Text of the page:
American baritone Morgan Smith, begins the 2017-18 season at Lyric Opera Kansas City in his title role debut of Eugene Onegin. He returns to the role of Joseph de Rocher Dead Man Walking at Kentucky Opera followed by performances of Handel Messiah with Kansas City Symphony.
Highlights of last season include returning to the role of Sharpless Madama Butterfly at Kentucky Opera. He continued to Dallas Opera to revive his highly-lauded portrayal of the First Mate Starbuck in Jake Heggie’s Moby-Dick, a role he sang in the original production in Dallas in 2010, and also at San Diego Opera, San Francisco Opera and last season, at Los Angeles Opera. Back on dry land, Mr. Smith traveled to Oper Leipzig for a repeat appearance as Marcello La bohème. The artist joined Arizona Opera to inaugurate the role of vigilante hero John Lassiter in the world wide premiere of Riders of the Purple Sage and appeared in concert with San Antonio Symphony. Other engagements in 2017 included Joseph de Rocher Dead Man Walking at Opera on the Avalon and Beethoven Missa Solemnis at the Oregon Bach Festival.
Past highlights include Sharpless Madama Butterfly at Opèra de Montrèal; Baltimore Symphony in the title role of Don Giovanni highlights with Markus Stenz. He also appeared in the role in a fully staged production at Arizona Opera. At Seattle Opera he played the Count Le nozze di Figaro; and made his debut as the Four Villains Les contes d’Hoffmann at Madison Opera, a resounding critical success.
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Dead Man Walking, Kentucky Opera
Morgan Smith, as De Rocher, holds a steady, cool demeanor and delivers a conflicted sense of power over his own sense of himself in front of Prejean as he sings his part. At one point, he even sings after doing a string of push-ups.
WFPL Arts and Culture, Elizabeth Kramer, 28 October 2017
Morgan Smith, returning to Kentucky Opera and to this role, is a compelling Joseph De Rocher. His physical size alone is intimidating. Smith's confident baritone is a good vehicle for De Rocher's arrogance and braggadocio in the early parts of the work. Heggie writes some of his most lyrical phrases for De Rocher, and Smith is equally potent in those moments, opening up, finally, to the confession that Prejean has sought all along. The relationship between these two doesn't have quite enough time to explore their early disconnects, but these two performers give full due to those last hours on Death Row.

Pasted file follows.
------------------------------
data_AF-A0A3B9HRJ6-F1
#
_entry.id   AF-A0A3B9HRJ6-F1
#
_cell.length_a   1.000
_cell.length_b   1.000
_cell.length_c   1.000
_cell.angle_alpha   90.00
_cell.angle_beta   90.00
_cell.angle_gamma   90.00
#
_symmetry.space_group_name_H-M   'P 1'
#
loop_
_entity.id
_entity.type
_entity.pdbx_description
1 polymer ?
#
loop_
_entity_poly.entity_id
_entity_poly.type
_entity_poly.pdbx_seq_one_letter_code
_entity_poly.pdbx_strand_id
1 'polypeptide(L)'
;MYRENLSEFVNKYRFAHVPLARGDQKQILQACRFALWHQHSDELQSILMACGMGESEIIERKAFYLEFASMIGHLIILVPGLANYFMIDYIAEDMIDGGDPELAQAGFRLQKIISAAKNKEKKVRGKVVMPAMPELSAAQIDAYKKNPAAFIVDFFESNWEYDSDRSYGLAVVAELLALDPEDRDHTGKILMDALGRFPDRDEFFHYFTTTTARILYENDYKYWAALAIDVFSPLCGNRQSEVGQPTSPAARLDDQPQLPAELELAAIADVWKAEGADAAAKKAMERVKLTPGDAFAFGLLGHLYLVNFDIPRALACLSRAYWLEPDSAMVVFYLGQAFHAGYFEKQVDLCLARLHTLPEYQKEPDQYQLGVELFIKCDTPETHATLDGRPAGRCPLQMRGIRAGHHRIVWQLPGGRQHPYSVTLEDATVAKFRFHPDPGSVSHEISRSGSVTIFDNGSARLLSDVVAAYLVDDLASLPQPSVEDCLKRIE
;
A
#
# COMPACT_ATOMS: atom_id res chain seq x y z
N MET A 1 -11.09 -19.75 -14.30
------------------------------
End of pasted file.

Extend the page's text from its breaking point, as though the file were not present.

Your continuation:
Broadway World, Keith Waits, 30 October 2017
Eugene Onegin, Lyric Opera of Kansas City
For Onegin, emphatically played by Morgan Smith, it was reversed, from aloof stranger to dismissive neighbor to groveling suitor. You believe his change of affection, but still side with Tatyana’s pragmatic and honorable decision.
The Kansas City Star, Libby Hanssen, 1 October 2017
Morgan Smith, baritone, takes on the titular role with a pompous and arrogant demeanour perfect for the cynical Onegin. His dark timbres provide an ageing quality to the young dandy that helps justify the jaded outlook that Onegin has toward the world and wonderfully compliments González’s youthful tone. In Onegin’s Sermon (“Were I a man whom fate intended”) Smith does well in keeping distance in his voice and not letting much emotion show as he rejects Tatyana’s letter, “the avowal of a trusting heart, the outpouring of an innocent love.” The contrast between the Onegin of the first two acts and the broken, regretful man in the final act is powerful. Smith lets himself fall completely into a tormented state of love, and one can hear the heartache in his voice as he declares his anguish in what is one of the most powerful and abrupt operatic endings.
KC Metropolis, Anthony Rodgers, 1 October 2017
Morgan Smith has a powerfully rich baritone...
Kansas City Independent, Paul Horsley, 2 October 2017
Carmen, Vancouver Opera
Morgan Smith’s Escamillo (the matador) superbly delivered machismo with every cell of his body, especially the famous “Toreador” song, which he sang like a proud cockerel (also, his spoken French made everyone else by contrast sound like they were speaking Air Canada French).
Jason Hall, Vancouver Observer, September 2014
Morgan Smith’s Opera Repertoire
Fidelio (Don Pizarro)
Riders of the Purple Sage (Lassiter)
Peter Grimes (Balstrode)
Lucia di Lamermoor (Enrico)
Morning Star (Aaron Greenspan
Dead Man Walking (Joseph DeRocher)
Die tote Stadt (Frank)
I Pagliacci (Silvio)
Cavalleria Rusticana (Alfio)
Don Giovanni (Title role)
Les Contes d'Hoffmann (Four Villains)
Frau Margot (Ted Steinert)
An American Dream (Jim)
La Giaconda (Barnaba)
Madama Butterfly (Sharpless)
Silent Night (Lt. Audebert)
Guglielmo Tell (Title role)
Samson and Delilah (High Priest of Dagon)
Sweeney Todd (Title role)
Salome (Jochanaan )
The Rake's Progress (Nick Shadow)
Eugene Onegin (Title role)
La Traviata (Germont)
Tristan und Isolde (Kurvenal)
One Touch of Venus (Whitelaw Savory)
The Passenger (Tadeusz)